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During a weeklong visit, I saw how they used the internet to communicate between villages, chat with faraway loved ones and call for help in emergencies. Many Marubo also told me they were deeply concerned that the connection with the outside world would upend their culture, which they had preserved for generations by living deep in the forest. Some elders complained of teenagers glued to phones, group chats full of gossip and minors who watched pornography.

Over the past week, more than 100 websites around the world have published headlines that falsely claim the Marubo have become addicted to porn. Alongside those headlines, the sites published images of the Marubo people in their villages.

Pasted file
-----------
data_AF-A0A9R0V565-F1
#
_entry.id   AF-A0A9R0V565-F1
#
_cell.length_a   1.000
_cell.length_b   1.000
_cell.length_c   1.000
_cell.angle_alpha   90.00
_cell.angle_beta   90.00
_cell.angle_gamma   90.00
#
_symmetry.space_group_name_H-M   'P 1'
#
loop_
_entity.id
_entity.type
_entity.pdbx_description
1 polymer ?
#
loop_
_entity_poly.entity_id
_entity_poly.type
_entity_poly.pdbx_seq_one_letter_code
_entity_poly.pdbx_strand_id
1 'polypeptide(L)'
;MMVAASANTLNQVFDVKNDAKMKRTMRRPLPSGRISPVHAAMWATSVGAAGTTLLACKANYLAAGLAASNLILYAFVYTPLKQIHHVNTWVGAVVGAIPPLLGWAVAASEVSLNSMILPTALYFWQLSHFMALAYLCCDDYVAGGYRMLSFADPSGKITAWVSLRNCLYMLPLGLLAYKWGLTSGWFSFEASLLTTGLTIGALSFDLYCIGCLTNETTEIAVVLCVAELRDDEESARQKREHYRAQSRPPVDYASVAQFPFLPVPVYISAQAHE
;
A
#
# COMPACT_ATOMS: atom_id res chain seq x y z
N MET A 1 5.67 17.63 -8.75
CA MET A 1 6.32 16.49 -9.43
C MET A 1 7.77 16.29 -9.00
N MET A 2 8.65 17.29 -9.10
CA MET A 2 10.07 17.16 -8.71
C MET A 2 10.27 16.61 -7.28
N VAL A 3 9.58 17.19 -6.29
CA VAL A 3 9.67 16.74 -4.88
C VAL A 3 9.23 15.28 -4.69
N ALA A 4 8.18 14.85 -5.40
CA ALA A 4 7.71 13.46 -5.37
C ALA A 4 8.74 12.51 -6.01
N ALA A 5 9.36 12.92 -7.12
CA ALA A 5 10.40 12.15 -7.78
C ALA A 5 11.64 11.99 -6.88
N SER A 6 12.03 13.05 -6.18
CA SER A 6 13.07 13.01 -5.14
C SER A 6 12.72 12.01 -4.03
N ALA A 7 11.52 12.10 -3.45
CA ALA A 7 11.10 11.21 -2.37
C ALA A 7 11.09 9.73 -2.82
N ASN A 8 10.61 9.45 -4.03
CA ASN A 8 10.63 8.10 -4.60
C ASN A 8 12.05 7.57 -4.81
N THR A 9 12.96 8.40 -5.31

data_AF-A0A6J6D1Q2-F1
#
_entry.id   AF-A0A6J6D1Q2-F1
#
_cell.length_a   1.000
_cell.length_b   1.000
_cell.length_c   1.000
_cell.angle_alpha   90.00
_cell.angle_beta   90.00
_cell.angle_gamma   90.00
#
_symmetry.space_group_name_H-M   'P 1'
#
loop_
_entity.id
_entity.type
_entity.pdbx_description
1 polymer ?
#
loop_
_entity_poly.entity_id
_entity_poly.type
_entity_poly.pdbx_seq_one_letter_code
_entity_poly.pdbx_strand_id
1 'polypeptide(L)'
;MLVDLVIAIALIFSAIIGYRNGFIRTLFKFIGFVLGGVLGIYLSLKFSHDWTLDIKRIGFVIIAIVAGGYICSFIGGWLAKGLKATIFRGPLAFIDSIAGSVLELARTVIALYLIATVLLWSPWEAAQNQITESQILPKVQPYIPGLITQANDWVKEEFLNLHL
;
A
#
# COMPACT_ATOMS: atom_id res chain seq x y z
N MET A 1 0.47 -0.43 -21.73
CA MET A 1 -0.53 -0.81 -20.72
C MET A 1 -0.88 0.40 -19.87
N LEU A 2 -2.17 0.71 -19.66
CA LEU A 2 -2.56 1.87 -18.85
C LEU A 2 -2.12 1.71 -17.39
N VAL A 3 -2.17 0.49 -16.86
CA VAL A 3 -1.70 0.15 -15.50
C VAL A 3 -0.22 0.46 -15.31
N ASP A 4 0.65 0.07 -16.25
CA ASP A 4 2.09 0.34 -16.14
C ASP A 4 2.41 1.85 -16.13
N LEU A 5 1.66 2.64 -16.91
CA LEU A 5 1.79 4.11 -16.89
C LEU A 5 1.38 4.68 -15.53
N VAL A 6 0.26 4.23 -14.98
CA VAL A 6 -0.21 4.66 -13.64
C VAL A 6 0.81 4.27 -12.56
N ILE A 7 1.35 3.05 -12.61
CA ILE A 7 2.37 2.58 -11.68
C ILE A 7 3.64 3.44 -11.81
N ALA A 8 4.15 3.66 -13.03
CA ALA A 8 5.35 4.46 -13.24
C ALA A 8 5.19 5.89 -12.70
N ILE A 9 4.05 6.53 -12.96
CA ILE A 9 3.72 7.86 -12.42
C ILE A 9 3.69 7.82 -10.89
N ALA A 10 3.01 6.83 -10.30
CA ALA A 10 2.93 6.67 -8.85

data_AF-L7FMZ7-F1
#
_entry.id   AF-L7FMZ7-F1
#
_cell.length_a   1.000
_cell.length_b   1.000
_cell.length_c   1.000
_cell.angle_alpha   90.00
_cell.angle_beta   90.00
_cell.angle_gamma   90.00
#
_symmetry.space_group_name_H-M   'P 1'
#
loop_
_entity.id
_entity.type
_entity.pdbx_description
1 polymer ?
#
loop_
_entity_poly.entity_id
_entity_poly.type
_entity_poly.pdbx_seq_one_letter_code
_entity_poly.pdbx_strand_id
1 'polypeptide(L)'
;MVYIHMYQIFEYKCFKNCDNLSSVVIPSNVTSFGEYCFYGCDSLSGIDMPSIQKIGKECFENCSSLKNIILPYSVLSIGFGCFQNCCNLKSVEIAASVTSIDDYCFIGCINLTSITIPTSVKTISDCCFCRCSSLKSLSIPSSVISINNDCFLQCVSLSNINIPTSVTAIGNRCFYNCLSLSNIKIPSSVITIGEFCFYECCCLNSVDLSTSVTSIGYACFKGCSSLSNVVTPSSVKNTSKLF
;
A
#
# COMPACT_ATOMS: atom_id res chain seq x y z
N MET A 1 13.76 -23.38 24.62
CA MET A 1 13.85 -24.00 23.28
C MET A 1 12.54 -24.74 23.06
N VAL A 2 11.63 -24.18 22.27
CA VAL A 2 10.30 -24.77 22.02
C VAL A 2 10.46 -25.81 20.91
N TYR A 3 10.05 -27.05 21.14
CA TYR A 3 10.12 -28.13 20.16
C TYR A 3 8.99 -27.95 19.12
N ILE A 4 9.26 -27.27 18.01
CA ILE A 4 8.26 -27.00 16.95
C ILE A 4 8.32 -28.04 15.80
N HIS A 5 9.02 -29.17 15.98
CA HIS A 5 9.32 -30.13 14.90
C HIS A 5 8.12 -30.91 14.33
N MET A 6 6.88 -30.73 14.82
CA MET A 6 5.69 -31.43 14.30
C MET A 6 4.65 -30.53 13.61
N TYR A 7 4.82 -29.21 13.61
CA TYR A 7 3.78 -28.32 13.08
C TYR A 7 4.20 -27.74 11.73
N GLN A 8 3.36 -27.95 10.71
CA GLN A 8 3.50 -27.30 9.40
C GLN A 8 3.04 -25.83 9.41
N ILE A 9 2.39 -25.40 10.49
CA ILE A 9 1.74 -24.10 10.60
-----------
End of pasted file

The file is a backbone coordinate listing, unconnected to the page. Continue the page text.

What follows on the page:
The New York Post was among the first, saying last week that the Marubo people was “hooked on porn.” Dozens quickly followed that take. TMZ’s headline was perhaps the most blunt: “TRIBE’S STARLINK HOOKUP RESULTS IN PORN ADDICTION!!!”

The Post and TMZ did not respond to requests for comment.

Similar headlines proliferated across the world, including in the United Kingdom, Germany, Australia, India, Indonesia, Malaysia, Turkey, Nigeria, Mexico and Chile. RT, Russia’s state media outlet, published the claim in Arabic. There were countless videos, memes and social media posts.

In Brazil, the rumor spread fast, including in the small Amazonian cities where some Marubo now live, work and study.